By Brandon M. Stickney
NIAGARA FALLS, NY – Unlike some other cities, there isn’t one place in Niagara Falls where one might post a plaque that says, “On this spot in 1925, nothing happened.”
Businesspeople, inventors, industrialists, developers, entertainers, and life-risking daredevils were just some of the subjects discussed at a recent meeting of tour guide students of the Niagara Falls Historic Preservation Society at the stately Tatler Mansion on 4th Street.
Most of us remember when Nik Wallenda walked a tightrope across Niagara Falls in 2012. https://www.youtube.com/watch?v=pK_oW62-zrc
Instructors included society president Georgia Robinson-Bradberry, society secretary Marge Gillies, National Heritage Area executive director Sara Beilein Capen, and Falls history expert Jason Buckley.
Georgia said new “docents” or Falls tour guides have an important role in enhancing interest in the area’s “rich history, culture, and environment” not only from worldwide visitors but also from residents. She explained that the society seeks grants and financial resources, networks with related organizations, and advocates preservation of local history, important biographical figures, and smart economic development.
Tourism is the largest economic driver at the Falls, with an estimated $831 million in revenue on the American side of the river and $2 billion on the Canadian side.
During the training, Marge Gillies described the Tatler Mansion’s construction and ongoing refurbishment. She mentioned the tough part of preservation when discussing another home, a couple blocks from the Tatler, a one-time mansion now showing significant deterioration. Marge explained that the current owner has little interest in the mansion’s origins or residents. “He may have the structure demolished,” she said, a horrifying thought to anyone interested or passionate about the city, its people, history, and its future.
The lesson? Even docents are part of the mission to save the Falls from the march of “progress.” The Niagara Arts & Cultural Center (NACC) has sponsored tour guide training for three new docents among the Tatler group of 15—appropriate, since some local folks talked of razing the old Niagara Falls High School building, in favor of a new box store or other business with a parking lot. That was before the old school became the NACC’s thriving galleries, theaters, and studios to more than 200 local artists, musicians, actors, and other creatives—preserving a corner of the city for the community’s intellectual enjoyment, enrichment, and beautification.
Sara Capen detailed how the National Heritage Area legislation was approved for 62 places in the U.S. by the House and Senate in 2022, and signed into law by President Biden this year. Referred to once by President Reagan as “a new kind of national park,” heritage areas are places where historic, cultural, and natural resources “combine to form nationally important landscapes.” Locally, the area includes the Falls itself, the Niagara River, “lived in places” like the city, and diverse cultures.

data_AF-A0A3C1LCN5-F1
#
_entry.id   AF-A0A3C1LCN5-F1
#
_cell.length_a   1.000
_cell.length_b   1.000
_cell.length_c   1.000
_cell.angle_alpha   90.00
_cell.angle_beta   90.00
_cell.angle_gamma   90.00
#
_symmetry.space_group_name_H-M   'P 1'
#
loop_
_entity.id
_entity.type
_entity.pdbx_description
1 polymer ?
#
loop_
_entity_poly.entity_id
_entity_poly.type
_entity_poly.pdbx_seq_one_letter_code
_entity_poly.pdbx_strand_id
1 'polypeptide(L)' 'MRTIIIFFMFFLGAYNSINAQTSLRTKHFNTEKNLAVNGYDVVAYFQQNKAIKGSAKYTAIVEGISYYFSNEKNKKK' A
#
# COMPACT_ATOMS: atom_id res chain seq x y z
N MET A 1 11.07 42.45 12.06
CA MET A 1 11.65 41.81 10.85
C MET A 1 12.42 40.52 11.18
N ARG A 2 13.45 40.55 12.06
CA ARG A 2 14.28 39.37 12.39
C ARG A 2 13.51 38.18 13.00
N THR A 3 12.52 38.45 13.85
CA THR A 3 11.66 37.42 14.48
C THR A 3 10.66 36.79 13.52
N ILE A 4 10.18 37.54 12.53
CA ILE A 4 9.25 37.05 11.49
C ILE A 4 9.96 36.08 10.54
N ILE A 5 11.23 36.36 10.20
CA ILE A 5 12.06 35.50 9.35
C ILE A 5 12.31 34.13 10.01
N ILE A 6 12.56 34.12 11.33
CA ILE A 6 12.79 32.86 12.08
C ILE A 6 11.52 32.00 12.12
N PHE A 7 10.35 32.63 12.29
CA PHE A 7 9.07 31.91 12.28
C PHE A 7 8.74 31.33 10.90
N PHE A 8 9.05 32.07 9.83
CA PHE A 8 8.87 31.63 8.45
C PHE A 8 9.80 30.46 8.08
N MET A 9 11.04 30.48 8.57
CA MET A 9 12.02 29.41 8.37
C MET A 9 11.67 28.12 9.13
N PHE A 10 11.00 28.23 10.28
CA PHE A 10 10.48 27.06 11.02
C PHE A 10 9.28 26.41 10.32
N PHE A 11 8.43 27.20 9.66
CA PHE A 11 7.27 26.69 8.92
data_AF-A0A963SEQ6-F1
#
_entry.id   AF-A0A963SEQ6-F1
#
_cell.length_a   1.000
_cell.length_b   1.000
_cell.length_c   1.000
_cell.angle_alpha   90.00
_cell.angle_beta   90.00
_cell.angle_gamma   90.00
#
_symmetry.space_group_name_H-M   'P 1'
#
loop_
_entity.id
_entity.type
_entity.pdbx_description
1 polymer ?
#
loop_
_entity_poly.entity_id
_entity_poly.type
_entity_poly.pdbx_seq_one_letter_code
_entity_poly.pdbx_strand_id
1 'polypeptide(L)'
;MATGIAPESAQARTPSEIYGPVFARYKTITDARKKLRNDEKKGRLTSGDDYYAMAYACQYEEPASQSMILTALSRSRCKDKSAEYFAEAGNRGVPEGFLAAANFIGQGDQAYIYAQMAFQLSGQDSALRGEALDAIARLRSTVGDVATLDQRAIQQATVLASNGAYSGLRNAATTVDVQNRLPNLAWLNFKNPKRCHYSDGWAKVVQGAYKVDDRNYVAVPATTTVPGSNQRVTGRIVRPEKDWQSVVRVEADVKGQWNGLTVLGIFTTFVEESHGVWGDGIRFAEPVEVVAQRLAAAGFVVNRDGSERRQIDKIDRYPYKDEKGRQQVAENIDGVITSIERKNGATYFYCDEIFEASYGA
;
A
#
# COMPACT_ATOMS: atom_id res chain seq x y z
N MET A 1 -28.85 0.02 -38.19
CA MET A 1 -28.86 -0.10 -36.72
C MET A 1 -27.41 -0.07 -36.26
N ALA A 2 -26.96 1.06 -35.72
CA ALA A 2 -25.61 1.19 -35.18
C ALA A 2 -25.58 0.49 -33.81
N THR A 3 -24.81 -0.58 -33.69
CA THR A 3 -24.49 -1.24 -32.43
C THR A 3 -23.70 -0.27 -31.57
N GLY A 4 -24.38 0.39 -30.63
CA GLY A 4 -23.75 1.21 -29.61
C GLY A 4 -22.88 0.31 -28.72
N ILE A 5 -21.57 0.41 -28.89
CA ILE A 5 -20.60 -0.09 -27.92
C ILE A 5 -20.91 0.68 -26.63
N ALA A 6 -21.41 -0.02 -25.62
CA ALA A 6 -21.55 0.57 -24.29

Sara said the Falls’ story includes heroes of the Underground Railroad, inventor Nikola Tesla harvesting river power, landscape architect Frederick Law Olmsted, who urged preservation, and artist Polly King, who amassed 10,000 pieces of original art at her home.
Then there’s the curious and cautionary, like daredevil Annie Edison Taylor, who survived going over the Falls in a barrel to “fund her retirement.” But the barrel was later stolen, and she died a pauper. Taylor was just one of many who have tested human limits at the thundering waterway, where those who have failed greatly outnumber those who lived to tell the tale.
History is also challenging, Sara said, touching on the notorious chemical industry, Love Canal, and the statistic of Niagara’s 57% loss of population in the post-industrial age.
“These are all parts of our story, which includes urban renewal where some bad decisions were made,” said Capen, such as the demolition of the Shredded Wheat building, “the second most visited place” in the city.
Speaker Jason Buckley offered slides of how the Falls developed over time and the geology of the Niagara Escarpment, noting this formation is “a plain with a drop off” that goes from the Falls area, under lakes Ontario, Huron, and Michigan, all the way to Wisconsin.
In early times, traders in fur and other commerce “needed a way to get around the Falls,” which became Portage Road. Hats made of beaver felt, from animals that grew as large as a round dining table, were popular in trade until silk hats came along, Buckley said.
Marge Gillies then discussed the Whitney Mansion, neighboring the Tatler, along with the world’s first A.C. power plant, and Henry Perky’s windowed “crystal palace” Shredded Wheat building. Hoping to make customers “feel better” with his cereal product, Perky prided himself on the “cleanest, finest, most hygienic food company in the world.”
With the promise of more to share about Niagara’s legacy, the future docents were invited for six more Saturday morning classes at the Tatler. Because on this spot in the last 131 years, everything happened.
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